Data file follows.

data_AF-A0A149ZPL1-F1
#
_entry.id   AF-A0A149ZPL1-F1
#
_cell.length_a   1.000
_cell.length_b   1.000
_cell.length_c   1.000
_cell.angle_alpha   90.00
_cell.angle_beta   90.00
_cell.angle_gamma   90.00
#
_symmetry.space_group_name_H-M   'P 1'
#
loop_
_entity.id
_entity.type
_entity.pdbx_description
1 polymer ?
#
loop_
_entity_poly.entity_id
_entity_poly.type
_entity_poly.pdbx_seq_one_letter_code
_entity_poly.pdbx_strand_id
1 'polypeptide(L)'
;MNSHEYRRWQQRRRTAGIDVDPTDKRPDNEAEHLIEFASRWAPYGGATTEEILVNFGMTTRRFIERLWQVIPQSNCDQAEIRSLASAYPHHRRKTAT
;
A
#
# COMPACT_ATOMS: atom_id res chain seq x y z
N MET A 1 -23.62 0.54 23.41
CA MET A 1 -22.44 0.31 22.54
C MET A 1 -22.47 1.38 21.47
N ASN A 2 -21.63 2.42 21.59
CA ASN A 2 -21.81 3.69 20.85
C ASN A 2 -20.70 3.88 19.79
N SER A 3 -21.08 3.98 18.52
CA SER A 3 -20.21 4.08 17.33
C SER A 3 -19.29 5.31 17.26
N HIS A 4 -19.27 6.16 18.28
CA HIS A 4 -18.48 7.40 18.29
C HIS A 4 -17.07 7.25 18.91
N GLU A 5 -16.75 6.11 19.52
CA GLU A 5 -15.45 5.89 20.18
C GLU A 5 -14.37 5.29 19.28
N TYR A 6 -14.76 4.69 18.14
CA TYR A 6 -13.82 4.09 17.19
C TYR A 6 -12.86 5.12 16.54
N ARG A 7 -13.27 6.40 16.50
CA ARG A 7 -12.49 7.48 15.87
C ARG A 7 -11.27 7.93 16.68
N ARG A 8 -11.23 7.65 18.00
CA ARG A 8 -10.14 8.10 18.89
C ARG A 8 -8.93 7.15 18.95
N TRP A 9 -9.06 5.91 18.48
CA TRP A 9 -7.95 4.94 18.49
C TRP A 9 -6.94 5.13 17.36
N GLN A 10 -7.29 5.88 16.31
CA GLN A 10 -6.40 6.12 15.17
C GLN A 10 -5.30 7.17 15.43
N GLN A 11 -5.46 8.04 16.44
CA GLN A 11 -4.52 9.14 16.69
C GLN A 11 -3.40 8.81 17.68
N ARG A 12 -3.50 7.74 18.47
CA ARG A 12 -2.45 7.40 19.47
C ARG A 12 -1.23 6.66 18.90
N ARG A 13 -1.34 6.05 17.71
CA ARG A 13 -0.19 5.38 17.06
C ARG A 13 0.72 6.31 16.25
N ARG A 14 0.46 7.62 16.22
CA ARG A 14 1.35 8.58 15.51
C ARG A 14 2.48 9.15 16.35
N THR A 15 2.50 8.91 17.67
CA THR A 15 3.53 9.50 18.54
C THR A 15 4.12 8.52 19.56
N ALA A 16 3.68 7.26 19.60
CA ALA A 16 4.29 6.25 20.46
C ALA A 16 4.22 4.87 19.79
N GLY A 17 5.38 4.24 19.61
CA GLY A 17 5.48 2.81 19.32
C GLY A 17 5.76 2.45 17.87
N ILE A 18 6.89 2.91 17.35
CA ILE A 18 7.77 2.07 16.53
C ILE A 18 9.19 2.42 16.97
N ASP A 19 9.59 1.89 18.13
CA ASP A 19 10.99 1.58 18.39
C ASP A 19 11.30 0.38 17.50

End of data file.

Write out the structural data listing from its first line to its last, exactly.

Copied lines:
data_AF-A0A149ZPL1-F1
#
_entry.id   AF-A0A149ZPL1-F1
#
_cell.length_a   1.000
_cell.length_b   1.000
_cell.length_c   1.000
_cell.angle_alpha   90.00
_cell.angle_beta   90.00
_cell.angle_gamma   90.00
#
_symmetry.space_group_name_H-M   'P 1'
#
loop_
_entity.id
_entity.type
_entity.pdbx_description
1 polymer ?
#
loop_
_entity_poly.entity_id
_entity_poly.type
_entity_poly.pdbx_seq_one_letter_code
_entity_poly.pdbx_strand_id
1 'polypeptide(L)'
;MNSHEYRRWQQRRRTAGIDVDPTDKRPDNEAEHLIEFASRWAPYGGATTEEILVNFGMTTRRFIERLWQVIPQSNCDQAEIRSLASAYPHHRRKTAT
;
A
#
# COMPACT_ATOMS: atom_id res chain seq x y z
N MET A 1 -23.62 0.54 23.41
CA MET A 1 -22.44 0.31 22.54
C MET A 1 -22.47 1.38 21.47
N ASN A 2 -21.63 2.42 21.59
CA ASN A 2 -21.81 3.69 20.85
C ASN A 2 -20.70 3.88 19.79
N SER A 3 -21.08 3.98 18.52
CA SER A 3 -20.21 4.08 17.33
C SER A 3 -19.29 5.31 17.26
N HIS A 4 -19.27 6.16 18.28
CA HIS A 4 -18.48 7.40 18.29
C HIS A 4 -17.07 7.25 18.91
N GLU A 5 -16.75 6.11 19.52
CA GLU A 5 -15.45 5.89 20.18
C GLU A 5 -14.37 5.29 19.28
N TYR A 6 -14.76 4.69 18.14
CA TYR A 6 -13.82 4.09 17.19
C TYR A 6 -12.86 5.12 16.54
N ARG A 7 -13.27 6.40 16.50
CA ARG A 7 -12.49 7.48 15.87
C ARG A 7 -11.27 7.93 16.68
N ARG A 8 -11.23 7.65 18.00
CA ARG A 8 -10.14 8.10 18.89
C ARG A 8 -8.93 7.15 18.95
N TRP A 9 -9.06 5.91 18.48
CA TRP A 9 -7.95 4.94 18.49
C TRP A 9 -6.94 5.13 17.36
N GLN A 10 -7.29 5.88 16.31
CA GLN A 10 -6.40 6.12 15.17
C GLN A 10 -5.30 7.17 15.43
N GLN A 11 -5.46 8.04 16.44
CA GLN A 11 -4.52 9.14 16.69
C GLN A 11 -3.40 8.81 17.68
N ARG A 12 -3.50 7.74 18.47
CA ARG A 12 -2.45 7.40 19.47
C ARG A 12 -1.23 6.66 18.90
N ARG A 13 -1.34 6.05 17.71
CA ARG A 13 -0.19 5.38 17.06
C ARG A 13 0.72 6.31 16.25
N ARG A 14 0.46 7.62 16.22
CA ARG A 14 1.35 8.58 15.51
C ARG A 14 2.48 9.15 16.35
N THR A 15 2.50 8.91 17.67
CA THR A 15 3.53 9.50 18.54
C THR A 15 4.12 8.52 19.56
N ALA A 16 3.68 7.26 19.60
CA ALA A 16 4.29 6.25 20.46
C ALA A 16 4.22 4.87 19.79
N GLY A 17 5.38 4.24 19.61
CA GLY A 17 5.48 2.81 19.32
C GLY A 17 5.76 2.45 17.87
N ILE A 18 6.89 2.91 17.35
CA ILE A 18 7.77 2.07 16.53
C ILE A 18 9.19 2.42 16.97
N ASP A 19 9.59 1.89 18.13
CA ASP A 19 10.99 1.58 18.39
C ASP A 19 11.30 0.38 17.50